Pope Francis has expressed concerns about a traditional translation of the Lord’s Prayer, an ancient prayer that Jesus Christ taught his disciples and is repeated by Christians around the world today.
The current wording of the prayer in the Catholic liturgical tradition contains a line that says, “Lead us not into temptation, but deliver us from evil.”
But Francis suggested that this common translation may be misleading.
In an interview with the Italian Catholic channel TV2000, published on YouTube Wednesday, the pontiff pointed out that God isn’t the one who leads humans to sin. That’s Satan’s job, Francis said.
“It is not a good translation because it speaks of a God who induces temptation,” the pope said, according to a translation provided by The Guardian.
“I am the one who falls; it’s not him pushing me into temptation to then see how I have fallen. A father doesn’t do that, a father helps you to get up immediately. It’s Satan who leads us into temptation, that’s his department.”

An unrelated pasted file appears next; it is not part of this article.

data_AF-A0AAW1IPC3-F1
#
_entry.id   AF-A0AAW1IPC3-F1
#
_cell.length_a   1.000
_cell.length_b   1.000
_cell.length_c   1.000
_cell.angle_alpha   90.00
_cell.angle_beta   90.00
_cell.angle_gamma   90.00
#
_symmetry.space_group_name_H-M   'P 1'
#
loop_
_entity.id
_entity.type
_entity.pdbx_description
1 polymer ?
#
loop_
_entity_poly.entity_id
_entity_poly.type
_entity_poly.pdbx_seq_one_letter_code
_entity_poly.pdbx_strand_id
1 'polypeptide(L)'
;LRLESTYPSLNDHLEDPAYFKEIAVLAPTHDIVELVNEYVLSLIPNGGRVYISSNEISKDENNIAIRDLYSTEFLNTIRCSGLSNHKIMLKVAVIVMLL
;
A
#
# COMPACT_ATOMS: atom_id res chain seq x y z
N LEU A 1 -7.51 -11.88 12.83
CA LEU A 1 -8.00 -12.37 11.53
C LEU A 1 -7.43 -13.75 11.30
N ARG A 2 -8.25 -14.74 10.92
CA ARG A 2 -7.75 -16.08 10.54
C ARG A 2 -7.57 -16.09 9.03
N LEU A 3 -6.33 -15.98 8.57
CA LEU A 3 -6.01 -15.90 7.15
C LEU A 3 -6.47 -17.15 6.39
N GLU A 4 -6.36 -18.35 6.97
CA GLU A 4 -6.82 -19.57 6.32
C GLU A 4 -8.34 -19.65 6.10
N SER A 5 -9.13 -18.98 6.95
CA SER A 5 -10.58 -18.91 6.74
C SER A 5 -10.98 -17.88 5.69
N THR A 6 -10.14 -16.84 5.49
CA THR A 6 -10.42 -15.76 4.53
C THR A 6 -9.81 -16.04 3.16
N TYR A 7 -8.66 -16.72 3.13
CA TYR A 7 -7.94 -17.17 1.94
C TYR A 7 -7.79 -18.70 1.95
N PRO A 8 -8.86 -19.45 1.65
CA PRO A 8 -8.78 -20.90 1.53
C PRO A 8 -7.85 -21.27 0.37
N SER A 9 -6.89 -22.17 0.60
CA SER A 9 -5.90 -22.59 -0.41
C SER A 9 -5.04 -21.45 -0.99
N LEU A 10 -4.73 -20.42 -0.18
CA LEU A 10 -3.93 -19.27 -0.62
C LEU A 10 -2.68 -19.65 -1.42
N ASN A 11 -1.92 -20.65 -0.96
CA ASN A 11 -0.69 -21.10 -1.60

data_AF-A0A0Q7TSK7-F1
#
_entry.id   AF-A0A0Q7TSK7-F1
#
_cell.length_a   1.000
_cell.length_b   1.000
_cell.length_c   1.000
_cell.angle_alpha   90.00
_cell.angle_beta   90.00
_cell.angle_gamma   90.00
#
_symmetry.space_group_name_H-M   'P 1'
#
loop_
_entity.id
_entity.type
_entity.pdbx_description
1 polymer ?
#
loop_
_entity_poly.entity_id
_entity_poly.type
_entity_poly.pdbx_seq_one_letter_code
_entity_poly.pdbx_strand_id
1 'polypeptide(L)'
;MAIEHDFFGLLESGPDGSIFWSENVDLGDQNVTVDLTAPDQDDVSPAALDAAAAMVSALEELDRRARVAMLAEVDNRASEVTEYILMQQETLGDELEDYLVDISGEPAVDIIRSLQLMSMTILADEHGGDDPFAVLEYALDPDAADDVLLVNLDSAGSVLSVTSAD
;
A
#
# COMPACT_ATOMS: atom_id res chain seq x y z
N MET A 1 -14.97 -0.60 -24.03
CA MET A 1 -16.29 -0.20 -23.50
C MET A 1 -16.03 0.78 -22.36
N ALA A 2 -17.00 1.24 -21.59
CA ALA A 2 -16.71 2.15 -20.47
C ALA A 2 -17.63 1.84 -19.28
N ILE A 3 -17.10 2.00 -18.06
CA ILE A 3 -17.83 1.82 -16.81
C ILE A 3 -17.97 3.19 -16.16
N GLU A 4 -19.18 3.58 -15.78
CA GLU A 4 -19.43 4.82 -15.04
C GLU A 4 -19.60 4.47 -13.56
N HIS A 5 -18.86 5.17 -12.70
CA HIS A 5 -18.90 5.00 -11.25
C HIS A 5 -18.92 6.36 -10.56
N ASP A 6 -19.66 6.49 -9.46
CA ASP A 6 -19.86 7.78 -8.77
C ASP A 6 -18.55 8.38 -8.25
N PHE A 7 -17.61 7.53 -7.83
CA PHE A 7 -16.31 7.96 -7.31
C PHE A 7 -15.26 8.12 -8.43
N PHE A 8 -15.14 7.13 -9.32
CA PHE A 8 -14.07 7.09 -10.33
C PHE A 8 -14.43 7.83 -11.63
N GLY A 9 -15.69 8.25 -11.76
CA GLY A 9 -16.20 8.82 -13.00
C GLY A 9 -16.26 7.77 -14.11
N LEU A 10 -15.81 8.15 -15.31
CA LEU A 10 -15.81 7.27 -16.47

The pope then referred to the French Catholic church, which has started using the phrase “do not let us fall into temptation.”
The Lord’s Prayer appears in two books of the Christian New Testament. It is a foundational prayer in Christianity, and is used as a form of worship and supplication by Christians in many denominations.
Catholics say the prayer during Mass and while praying the rosary.
Children memorize the prayer as part of their religious education. It is also common practice for Christians to analyze every line of the prayer, using it to glean insights about how Jesus wanted his followers to live and pray.
The pope’s comments were part of just such an endeavor. The TV2000 program that he appeared on is just one episode in a series that the channel is doing that studies the lines of The Lord’s Prayer.
Austen Ivereigh, a British Catholic journalist who wrote the definitive biography on Francis, told The Guardian that he wasn’t aware of plans to officially change the Lord’s Prayer translation in the English world.
“But you can certainly see the logic of doing so,” Ivereigh said. “It is not God who tempts us into sin but the enemy of human nature. But tradition and familiarity are also important factors in weighing up any decision to modify a translation.”